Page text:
Rename the Archie Brooks Community Center

Former Des Moines City Council member Archie Brooks was sentenced to one year plus one day in prison, plus a $400,000 fine and two years of probation, for his role in misusing about $2 million funds at the Central Iowa Employment Training Consortium (CIETC). Brooks was the board chairman of CIETC at the time.

Depending on how you look at it, Brooks’ sentence seems long or short. It’s long when you consider that billions of taxpayer dollars spent in Iraq can’t be accounted for, yet there is not even a serious investigation (let alone prosecution) of those who may be responsible.

On the other hand, Brooks is getting off lightly compared to Ramona Cunningham, who did not cooperate with prosecutors and got 7 years in prison for her role in the CIETC crimes. Also, the former CIETC treasurer was sentenced to two years in prison followed by three years of house arrest.

Marc Hansen’s latest Des Moines Register column notes that Des Moines City Council member Brian Meyer wants the council to discuss renaming the Archie Brooks Community Center. The south-side facility used to be called the Pioneer-Columbus Community Center.

Meyer says he’s getting a lot of feedback from south-siders, most of whom want to change the name. I agree that an elected official who abused his power to enrich a few people should not have a neighborhood landmark named after him.

Hansen nosed around the community center and found that most of the people agreed with changing the name, but the most interesting quotes in his column are from the minority who want to leave the name alone.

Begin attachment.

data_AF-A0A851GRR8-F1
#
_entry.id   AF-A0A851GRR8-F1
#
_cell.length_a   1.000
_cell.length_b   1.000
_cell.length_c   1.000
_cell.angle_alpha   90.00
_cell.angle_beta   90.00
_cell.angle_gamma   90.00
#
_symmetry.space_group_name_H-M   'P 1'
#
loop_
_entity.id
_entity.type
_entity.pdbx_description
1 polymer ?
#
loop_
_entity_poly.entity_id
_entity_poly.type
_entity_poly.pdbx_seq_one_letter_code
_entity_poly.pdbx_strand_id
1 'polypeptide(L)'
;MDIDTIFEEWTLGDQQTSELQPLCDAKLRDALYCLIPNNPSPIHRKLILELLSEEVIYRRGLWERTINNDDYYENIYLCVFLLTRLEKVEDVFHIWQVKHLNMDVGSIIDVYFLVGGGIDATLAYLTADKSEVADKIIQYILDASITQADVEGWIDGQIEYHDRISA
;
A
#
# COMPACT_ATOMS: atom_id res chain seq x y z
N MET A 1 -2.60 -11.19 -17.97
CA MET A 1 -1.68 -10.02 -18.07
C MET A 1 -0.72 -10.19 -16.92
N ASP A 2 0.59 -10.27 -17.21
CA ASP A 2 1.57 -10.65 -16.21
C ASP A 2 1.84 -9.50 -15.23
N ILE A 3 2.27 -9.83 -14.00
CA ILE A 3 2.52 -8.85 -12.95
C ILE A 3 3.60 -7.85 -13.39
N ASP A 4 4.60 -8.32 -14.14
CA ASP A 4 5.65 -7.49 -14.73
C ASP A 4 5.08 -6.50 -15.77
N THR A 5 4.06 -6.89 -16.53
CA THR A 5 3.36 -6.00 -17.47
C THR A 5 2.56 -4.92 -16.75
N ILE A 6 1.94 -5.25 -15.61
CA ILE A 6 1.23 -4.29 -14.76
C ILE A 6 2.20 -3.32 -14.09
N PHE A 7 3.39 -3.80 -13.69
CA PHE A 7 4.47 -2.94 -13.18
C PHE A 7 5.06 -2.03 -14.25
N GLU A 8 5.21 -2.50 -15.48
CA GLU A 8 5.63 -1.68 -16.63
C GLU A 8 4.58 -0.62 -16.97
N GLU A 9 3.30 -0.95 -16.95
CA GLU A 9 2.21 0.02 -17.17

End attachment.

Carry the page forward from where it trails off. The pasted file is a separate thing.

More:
If you want to understand why patronage works and why political machines have been so powerful in so many cities, read this:

“I’m not going against Archie Brooks,” she said. “I like Archie. I don’t like what he did. I think he should be punished, but I don’t think he should go to prison.”

The body of his good deeds, in other words, outweighs the CIETC bad. Pazzi recalled the floods of 1993 and how the city removed water pumps from some south-side basements and sent them – where else? – west.

Somebody told Brooks, who made a few phone calls and had the pumps back where they belonged, proving that not every call he made during the flood was a bad one.

“You know what?” Pazzi said. “The south side must have wanted him back. He knocked the fireman out of the City Council.”

The fireman is Gene Phillips, who defeated Brooks in 1995. Phillips left the City Council and won a seat on the county Board of Supervisors, setting up Brooks’ return to the council.[…]

Larry Marlin […] said Brooks kept his VFW post from closing.

“If it wasn’t for his connections to the City Council,” Marlin said, “the post wouldn’t be there. He knew we were eligible for a $10,000 grant. There were a lot of times he’d tell me where to go and it was never go to hell. Sure, he made some mistakes, but he trusted the wrong people. I definitely don’t think he should get jail time.”

That’s an old-school political boss. Good for Brooks for getting those pumps back to the flooded south-side basements and keeping the VFW post open.

But we don’t need a building named after a convicted criminal.

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